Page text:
Tuesday, March 30, 2021

Leveraging Uncertainty in Machine Learning Accelerates Biological Discovery and Design

Brian Hie, Bryan D. Bryson, Bonnie Berger (2021)
Highlighted by Jan Jensen

Part of the TOC figure. (c) The authors. Reproduced under the CC-BY-NC-ND license

It is rare to see successful ML studies with training sets of 72 molecules, but this is one such study. 

The data set is 72 compounds with measured binding affinities to 442 different kinases, i.e. 32K datapoints. The Kds span a range of 0.1 nm to 10 μm. This data is used to train several ML models, some of which include uncertainty estimation and some which do not. The main finding is that for points with low uncertainties the ML model is better at separating active from inactive compounds. Interestingly, compounds with low uncertainty have extreme Kds.

The models (retrained on the whole dataset) is then used to screen a set of 10,833 purchasable compounds. The top five candidates for each model where purchased and checked against four different kinases (i.e. 20 ligand-kinase pairs per model). For the uncertainty based ML models the top candidates are molecules with both low Kd and low uncertainty, while for the other models the decision was made solely based on Kd.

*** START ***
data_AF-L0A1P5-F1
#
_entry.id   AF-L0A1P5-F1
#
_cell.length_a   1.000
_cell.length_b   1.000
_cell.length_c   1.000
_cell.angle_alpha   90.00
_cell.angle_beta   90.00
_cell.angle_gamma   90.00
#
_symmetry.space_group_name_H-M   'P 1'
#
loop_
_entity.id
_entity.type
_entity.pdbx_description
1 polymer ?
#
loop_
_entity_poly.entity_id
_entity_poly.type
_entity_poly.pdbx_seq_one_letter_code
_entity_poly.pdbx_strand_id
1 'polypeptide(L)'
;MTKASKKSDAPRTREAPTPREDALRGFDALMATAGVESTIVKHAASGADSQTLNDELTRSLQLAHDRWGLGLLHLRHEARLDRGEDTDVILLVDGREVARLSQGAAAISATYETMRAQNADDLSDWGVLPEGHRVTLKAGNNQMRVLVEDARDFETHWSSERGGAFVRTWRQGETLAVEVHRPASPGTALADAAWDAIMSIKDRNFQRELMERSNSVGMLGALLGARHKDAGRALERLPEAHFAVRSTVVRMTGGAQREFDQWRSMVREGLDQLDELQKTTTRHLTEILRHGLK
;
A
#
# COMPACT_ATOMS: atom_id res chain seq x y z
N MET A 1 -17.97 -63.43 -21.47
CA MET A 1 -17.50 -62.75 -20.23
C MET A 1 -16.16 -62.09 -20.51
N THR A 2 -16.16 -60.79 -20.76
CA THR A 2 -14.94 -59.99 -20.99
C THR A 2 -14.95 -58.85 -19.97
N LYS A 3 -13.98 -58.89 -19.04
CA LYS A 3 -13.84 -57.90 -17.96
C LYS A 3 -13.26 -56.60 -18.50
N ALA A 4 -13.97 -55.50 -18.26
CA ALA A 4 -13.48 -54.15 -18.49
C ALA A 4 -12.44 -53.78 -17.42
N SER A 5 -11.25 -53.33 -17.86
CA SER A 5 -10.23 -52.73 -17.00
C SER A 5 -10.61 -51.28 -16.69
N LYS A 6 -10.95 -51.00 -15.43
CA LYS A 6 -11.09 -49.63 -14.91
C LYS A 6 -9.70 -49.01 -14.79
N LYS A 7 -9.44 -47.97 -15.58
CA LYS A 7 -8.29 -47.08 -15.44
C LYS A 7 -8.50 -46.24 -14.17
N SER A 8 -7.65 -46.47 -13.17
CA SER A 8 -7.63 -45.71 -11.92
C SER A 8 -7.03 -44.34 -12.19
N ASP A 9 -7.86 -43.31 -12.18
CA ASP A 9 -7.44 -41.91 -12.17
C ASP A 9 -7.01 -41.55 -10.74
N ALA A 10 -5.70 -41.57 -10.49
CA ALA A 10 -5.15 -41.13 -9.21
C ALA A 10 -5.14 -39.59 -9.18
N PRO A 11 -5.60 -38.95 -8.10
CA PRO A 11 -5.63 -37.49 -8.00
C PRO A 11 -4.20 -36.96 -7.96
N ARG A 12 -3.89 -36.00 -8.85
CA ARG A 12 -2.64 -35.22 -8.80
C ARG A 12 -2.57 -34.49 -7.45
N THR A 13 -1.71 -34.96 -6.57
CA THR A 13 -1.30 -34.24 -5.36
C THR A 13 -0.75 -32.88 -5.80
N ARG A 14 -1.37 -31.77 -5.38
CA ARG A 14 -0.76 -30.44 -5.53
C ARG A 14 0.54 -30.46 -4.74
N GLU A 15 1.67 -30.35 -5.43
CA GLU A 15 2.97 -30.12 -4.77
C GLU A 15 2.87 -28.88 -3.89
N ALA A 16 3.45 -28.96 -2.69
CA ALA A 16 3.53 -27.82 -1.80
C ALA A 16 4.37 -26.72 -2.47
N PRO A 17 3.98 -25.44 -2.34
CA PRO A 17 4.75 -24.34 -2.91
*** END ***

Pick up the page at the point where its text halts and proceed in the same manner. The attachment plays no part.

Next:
None of the molecules picked solely based on Kd showed at Kd less than 10 μm, whereas 18, 10, and 2 ligand-kinase pairs had Kds lower than 10 μm, 100 nm, and 1 nm, respectively. 

Some ML details: The molecules where featurised using a graph convolutional junction tree approach (JTNN-VAE), which was found to work better han fingerprints (data not shown). The uncertainty is predicted using four different approaches: GP regression (GP), GP regression of the MLP error (MLP+GP), Bayesian multilayer perceptron (BMLP) and an ensemble of MLPs that each emits a Gaussian distribution (GMLPE). Nigam et al. recently published a very nice overview of such methods.

This work is licensed under a Creative Commons Attribution 4.0 International License.

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